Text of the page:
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With Trump subpoena likely this week, what’s next for the Jan. 6 committee?

(WASHINGTON) — In a dramatic end to what might be its last public hearing, the Jan. 6 committee took the historic step to vote to subpoena Donald Trump.

The subpoena will likely be formally issued this week.

On Thursday, all nine members of the panel approved the resolution to compel the former president to testify about the Capitol attack, which the committee argues was the violent culmination of Trump’s many efforts to overturn the 2020 election.

“He must be accountable,” chairman Bennie Thompson, D-Miss., said before the vote. “He is required to answer for his actions.”

There’s been discussion among committee members and staff for months about whether they would want Trump to testify in a live setting. There’s no doubt they want him to testify under oath, as committee members made clear in the hearing.

Some members are hesitant to give Trump a live stage, while others view it as beneficial to their investigation as they would get to question him under oath. And there appears to be more of an openness among committee members to have him appear live.

Trump has told advisers he’d welcome a live appearance, according to sources familiar with his thinking, but has yet to say publicly whether he’ll cooperate.

The committee would need to negotiate with Trump if he were to offer to testify live in response to the panel’s subpoena, Rep. Adam Kinzinger said Sunday.

“I think that’s going to be a negotiation,” Kinzinger, R-Ill., a member of the committee, told ABC “This Week” anchor George Stephanopoulos. “I’ll only address that when we know for sure whether or not the president has tried to push to come in and talk to us live.”

“He’s made it clear he has nothing to hide, [that’s] what he said. So he should come in on the day we asked him to come in. If he pushes off beyond that, we’ll figure out what to do next,” Kinzinger said.

Trump did not answer whether he would appear in a 14-page memo sent to Thompson Friday, in which he continued his attacks on the panel and continued to make false claims about the presidential race.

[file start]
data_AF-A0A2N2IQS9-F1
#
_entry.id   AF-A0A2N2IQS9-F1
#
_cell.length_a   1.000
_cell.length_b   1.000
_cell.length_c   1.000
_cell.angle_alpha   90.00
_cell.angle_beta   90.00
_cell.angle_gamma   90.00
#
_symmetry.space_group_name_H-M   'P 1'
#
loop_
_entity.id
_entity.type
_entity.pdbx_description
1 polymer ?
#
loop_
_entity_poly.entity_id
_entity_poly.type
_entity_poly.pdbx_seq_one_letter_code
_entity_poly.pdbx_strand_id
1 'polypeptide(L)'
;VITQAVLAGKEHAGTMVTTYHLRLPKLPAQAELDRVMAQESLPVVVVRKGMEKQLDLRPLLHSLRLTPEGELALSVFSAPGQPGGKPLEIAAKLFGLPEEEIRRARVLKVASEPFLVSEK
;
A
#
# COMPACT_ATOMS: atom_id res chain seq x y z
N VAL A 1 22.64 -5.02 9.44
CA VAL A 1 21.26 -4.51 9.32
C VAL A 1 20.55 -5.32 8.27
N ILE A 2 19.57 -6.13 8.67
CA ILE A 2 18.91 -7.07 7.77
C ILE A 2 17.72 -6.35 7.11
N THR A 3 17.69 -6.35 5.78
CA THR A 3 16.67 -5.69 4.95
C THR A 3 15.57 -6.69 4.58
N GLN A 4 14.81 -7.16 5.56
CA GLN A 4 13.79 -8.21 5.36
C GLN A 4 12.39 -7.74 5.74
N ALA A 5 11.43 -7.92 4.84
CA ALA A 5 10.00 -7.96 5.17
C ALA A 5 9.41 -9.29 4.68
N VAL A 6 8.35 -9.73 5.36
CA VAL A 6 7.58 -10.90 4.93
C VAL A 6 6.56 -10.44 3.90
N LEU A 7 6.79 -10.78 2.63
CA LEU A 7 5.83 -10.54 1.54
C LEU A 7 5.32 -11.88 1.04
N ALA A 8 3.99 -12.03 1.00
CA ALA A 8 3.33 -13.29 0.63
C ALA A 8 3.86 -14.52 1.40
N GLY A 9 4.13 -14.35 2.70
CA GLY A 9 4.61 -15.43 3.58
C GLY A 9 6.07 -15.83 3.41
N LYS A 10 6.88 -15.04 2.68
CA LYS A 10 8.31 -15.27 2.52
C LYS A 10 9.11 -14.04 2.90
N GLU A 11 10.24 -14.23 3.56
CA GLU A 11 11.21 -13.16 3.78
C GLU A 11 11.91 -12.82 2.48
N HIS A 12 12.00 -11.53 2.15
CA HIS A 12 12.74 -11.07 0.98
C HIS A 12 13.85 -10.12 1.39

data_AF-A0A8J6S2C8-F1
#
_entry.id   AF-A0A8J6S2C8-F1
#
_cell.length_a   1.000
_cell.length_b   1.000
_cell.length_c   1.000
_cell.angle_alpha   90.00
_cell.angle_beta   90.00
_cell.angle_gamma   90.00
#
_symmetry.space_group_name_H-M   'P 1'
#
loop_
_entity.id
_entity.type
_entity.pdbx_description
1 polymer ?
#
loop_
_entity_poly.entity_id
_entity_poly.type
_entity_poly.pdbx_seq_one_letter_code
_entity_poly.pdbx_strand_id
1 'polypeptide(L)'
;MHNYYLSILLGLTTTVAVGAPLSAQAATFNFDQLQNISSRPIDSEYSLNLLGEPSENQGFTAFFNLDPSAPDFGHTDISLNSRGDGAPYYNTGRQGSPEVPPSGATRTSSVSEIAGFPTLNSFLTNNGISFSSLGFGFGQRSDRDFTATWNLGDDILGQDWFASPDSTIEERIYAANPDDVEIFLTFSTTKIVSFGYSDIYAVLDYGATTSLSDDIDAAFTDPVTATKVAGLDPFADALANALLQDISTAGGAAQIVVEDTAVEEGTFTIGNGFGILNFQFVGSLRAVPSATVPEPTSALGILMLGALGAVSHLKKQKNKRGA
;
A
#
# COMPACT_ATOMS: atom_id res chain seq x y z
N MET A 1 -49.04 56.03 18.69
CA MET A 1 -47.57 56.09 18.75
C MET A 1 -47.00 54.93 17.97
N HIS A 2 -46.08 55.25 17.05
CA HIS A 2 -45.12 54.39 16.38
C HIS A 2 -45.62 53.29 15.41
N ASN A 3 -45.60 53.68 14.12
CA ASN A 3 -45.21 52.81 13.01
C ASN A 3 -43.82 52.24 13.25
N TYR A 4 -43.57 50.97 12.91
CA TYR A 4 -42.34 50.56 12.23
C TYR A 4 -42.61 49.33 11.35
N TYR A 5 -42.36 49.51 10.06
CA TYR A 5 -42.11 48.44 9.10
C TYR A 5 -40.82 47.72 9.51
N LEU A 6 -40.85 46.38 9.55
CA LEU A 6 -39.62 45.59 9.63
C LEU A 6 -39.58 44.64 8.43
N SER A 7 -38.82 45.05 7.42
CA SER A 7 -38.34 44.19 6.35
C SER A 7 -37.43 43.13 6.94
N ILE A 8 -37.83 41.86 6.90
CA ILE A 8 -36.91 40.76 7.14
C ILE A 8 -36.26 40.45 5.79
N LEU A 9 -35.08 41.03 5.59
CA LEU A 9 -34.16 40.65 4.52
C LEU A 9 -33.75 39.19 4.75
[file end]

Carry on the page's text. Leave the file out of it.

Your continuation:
“This memo is being written to express our anger, disappointment, and complaint that with all of the hundreds of millions of dollars spent on what many consider to be a Charade and Witch Hunt,” he wrote.

Some experts are wary the public will ever see Trump testify before the Jan. 6 committee.

“Before Donald Trump comes to answer questions about this under oath not only will pigs fly but they will circumvent the globe,” attorney Jeff Robins told ABC News Live anchor Linsey Davis.

What if he doesn’t cooperate?

If Trump refuses to cooperate, the committee could move to have the full House hold him in contempt and refer the matter to the Justice Department for prosecution.

“If they’re not going to do that, then it is essentially symbolic,” Nick Akerman, a former Watergate special prosecutor, told ABC News.

Chairman Thompson wouldn’t say when asked after the hearing how the committee planned to handle any eventual litigation or defiance of their subpoena.

The House has referred four people to the Justice Department after votes to hold them in contempt — former Trump White House chief of staff, Mark Meadows, Trump’s former social media director Dan Scavino, former Trump White House trade adviser Peter Navarro and form political adviser Steve Bannon. DOJ declined to press charges against Meadows and Scavino. Bannon was found guilty in July for defying the Jan. 6 committee subpoena. Navarro was also indicted on contempt of Congress charges and is scheduled to go to trial next month.

Trump could also attempt to run out the clock by fighting the subpoena if the committee took it to court, as he’s done with other investigations and records requests he’s faced over the years.

“There are myriad legal and separation of powers issues raised by the subpoena, including whether a congressional committee can compel the president to appear as well as the procedural hurdles in attempting to enforce a subpoena in court which previous court decisions have cast serious doubt upon,” Stanley Brand, a former counsel to the House of Representatives who has represented some of the Jan. 6 witnesses, including Scavino, told ABC News.

“There is also a question of timing given the substantial delays in litigating such a subpoena,” Brand said, pointing to congressional efforts to subpoena testimony from former White House counsel Don McGahn. The case stretched out in court for nearly two years, and ended with a voluntary agreement by McGahn to testify.

Brand said this issue, if litigated, could take just as long.

Republicans, if they win back control of the House this midterm election cycle as expected, are expected to drop the Jan. 6 investigation and turn to other matters. Top Republicans have already promised investigations into Biden and his son, Hunter Biden.

“Time is not on their side,” Akerman said, “considering it’s mid-October and there’s going to be a new Congress coming in Jan. 1, and there’s no guarantee it’s going to be controlled by the Democrats.”

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